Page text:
New Zealand visitors and businesses will get improved access to Singapore under an upgraded free trade deal with the island state.
The two countries have unveiled an update for the 18-year-old trade agreement at a meeting between Prime Minister Jacinda Ardern and Singapore leader Lee Hsien Loong at the East Asia Summit in Singapore.
New Zealanders will now get three months visa-free entry compared with the previous one month, and New Zealand companies with offices in Singapore will also be able to send staff to work there longer.
"New Zealands relationship with Singapore is our closest in South East Asia. As small advanced economies we share an interest in maintaining international trade rules... This upgrade makes it easier for New Zealanders to do business in Singapore," Ms Ardern said.
Trade and investment between the two countries was worth about $10 billion in the year to June.
She said further improvements to the agreement were expected next year covering science, education, arts, and defence.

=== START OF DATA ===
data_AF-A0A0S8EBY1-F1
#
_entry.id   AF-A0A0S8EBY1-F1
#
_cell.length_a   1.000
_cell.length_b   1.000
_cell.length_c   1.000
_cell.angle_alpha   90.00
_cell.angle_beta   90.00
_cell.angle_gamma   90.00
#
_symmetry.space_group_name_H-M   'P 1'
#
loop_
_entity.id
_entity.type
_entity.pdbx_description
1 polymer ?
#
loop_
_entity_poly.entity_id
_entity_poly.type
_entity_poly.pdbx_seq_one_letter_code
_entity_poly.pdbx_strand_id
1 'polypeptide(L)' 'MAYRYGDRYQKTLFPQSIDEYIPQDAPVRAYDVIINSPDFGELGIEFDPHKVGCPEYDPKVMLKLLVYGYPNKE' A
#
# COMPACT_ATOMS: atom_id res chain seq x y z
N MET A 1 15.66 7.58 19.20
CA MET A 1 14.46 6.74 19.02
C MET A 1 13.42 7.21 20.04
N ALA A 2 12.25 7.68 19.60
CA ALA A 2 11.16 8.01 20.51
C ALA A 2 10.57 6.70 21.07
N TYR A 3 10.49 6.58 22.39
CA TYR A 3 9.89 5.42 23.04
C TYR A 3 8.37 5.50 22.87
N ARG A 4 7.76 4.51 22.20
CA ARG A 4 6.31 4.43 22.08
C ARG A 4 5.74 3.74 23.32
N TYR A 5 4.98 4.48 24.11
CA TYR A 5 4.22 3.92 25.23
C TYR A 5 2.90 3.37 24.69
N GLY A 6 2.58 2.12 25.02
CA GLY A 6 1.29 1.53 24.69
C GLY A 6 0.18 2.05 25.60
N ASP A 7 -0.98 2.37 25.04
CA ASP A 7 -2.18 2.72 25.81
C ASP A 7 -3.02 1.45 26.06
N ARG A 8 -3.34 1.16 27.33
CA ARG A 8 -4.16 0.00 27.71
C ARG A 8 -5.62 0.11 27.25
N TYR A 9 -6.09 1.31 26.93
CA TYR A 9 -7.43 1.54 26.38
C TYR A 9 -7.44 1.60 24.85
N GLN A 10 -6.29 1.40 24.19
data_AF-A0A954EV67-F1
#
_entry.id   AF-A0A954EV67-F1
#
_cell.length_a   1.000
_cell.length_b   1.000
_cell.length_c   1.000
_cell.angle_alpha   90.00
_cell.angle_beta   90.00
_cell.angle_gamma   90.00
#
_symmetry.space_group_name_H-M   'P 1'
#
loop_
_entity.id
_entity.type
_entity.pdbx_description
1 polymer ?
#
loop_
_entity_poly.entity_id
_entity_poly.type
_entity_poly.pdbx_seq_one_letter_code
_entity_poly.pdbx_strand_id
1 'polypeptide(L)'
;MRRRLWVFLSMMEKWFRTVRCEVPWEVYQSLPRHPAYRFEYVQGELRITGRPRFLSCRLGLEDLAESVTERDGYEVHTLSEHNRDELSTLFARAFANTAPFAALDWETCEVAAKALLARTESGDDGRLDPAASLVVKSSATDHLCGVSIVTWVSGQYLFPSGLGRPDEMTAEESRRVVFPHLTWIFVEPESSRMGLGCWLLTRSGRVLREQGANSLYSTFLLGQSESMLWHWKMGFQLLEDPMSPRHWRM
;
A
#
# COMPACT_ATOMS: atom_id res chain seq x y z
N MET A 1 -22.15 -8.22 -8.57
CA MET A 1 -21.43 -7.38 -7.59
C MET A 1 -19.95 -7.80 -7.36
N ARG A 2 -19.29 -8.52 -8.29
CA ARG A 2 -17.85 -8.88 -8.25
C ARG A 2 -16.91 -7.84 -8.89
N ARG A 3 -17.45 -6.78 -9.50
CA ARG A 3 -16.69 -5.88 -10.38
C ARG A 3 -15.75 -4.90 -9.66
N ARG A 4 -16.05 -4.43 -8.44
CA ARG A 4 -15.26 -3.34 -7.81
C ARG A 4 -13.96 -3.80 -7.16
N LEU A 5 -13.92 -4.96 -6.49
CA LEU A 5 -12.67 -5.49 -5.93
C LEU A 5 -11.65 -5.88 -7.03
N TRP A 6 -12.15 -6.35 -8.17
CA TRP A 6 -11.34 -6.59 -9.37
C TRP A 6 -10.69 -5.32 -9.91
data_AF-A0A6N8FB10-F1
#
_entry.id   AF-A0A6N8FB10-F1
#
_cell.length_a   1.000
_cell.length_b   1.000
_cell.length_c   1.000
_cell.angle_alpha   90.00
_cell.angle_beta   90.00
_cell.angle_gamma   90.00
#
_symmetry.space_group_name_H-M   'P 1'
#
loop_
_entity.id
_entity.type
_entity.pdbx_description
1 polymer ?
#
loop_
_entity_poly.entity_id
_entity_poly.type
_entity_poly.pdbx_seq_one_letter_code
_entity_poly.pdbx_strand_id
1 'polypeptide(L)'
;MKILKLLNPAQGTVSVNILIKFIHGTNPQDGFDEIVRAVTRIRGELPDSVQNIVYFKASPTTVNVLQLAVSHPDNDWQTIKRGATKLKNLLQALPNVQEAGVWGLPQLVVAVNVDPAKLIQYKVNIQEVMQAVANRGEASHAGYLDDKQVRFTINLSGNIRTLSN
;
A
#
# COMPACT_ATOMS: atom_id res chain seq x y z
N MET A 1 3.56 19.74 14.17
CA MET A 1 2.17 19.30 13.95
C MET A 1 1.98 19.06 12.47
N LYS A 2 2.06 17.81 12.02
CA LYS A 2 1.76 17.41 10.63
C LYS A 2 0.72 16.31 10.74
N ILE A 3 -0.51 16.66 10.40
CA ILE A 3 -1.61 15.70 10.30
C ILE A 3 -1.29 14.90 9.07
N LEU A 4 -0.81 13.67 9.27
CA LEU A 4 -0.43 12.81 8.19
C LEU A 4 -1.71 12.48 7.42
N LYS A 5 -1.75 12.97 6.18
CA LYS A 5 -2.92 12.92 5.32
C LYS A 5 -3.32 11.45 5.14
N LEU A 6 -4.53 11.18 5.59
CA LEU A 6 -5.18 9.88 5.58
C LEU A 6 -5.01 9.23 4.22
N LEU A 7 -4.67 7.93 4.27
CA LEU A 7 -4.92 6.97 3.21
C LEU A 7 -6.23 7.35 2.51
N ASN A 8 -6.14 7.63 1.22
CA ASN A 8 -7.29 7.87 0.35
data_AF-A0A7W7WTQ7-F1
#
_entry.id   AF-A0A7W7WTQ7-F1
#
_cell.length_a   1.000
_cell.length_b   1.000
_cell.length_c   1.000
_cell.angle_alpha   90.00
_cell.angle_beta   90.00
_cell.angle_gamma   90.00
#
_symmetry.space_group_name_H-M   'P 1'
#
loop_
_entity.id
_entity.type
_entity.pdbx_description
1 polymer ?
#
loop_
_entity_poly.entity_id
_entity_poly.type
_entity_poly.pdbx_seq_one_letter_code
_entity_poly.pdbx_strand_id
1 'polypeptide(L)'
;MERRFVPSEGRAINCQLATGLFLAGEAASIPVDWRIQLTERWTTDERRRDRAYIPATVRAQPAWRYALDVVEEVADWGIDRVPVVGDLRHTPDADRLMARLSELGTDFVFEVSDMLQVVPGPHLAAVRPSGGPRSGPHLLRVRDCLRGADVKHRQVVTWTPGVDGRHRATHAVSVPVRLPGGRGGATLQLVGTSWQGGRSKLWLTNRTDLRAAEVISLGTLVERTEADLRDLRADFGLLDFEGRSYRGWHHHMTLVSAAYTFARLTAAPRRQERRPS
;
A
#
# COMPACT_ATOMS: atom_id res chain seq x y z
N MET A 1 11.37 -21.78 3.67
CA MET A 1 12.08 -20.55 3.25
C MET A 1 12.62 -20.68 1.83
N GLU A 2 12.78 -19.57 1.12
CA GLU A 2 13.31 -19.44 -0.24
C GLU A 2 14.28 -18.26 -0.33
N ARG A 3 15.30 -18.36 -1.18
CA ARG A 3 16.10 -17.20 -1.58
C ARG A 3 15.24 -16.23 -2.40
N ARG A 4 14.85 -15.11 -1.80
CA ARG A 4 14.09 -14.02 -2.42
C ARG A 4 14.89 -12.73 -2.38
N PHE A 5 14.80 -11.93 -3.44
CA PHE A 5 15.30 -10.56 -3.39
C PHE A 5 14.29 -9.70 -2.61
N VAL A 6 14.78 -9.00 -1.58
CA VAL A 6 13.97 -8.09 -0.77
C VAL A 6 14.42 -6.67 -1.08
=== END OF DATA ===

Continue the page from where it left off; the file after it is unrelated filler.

The revamped deal was the first substantive measure to be unveiled for New Zealand at the summit, where the New Zealand delegation, including Foreign Minister Winston Peters, and Export Minister Damien O'Connor, have been pushing a free trade message.
However, hopes for development on two key issues - the Regional Comprehensive Economic Partnership (RCEP) which would create the world's biggest trade bloc, and the lifting of US tariffs on steel and aluminium tariffs - have made little progress.
The RCEP proposal has been pushed out into next year, and Ms Ardern's entreaties on the tariffs to US Vice President Mike Pence received a polite hearing and a suggestion of further talks.
She said New Zealand's multilateral approach to trade was clearly different to the United States stance of doing deals with individual countries.
"If that's the position they'll take, we will continue to advocate on behalf of New Zealand under those terms... That doesn't mean that there isn't room for us, within the United States' current position."
In interviews with local media, Ms Ardern emphasised New Zealand was open for business and wanted foreign investment in major infrastructure projects.
She also played down the threat to New Zealand's economy from the US-China trade dispute, saying the country's growth prospects were "solid".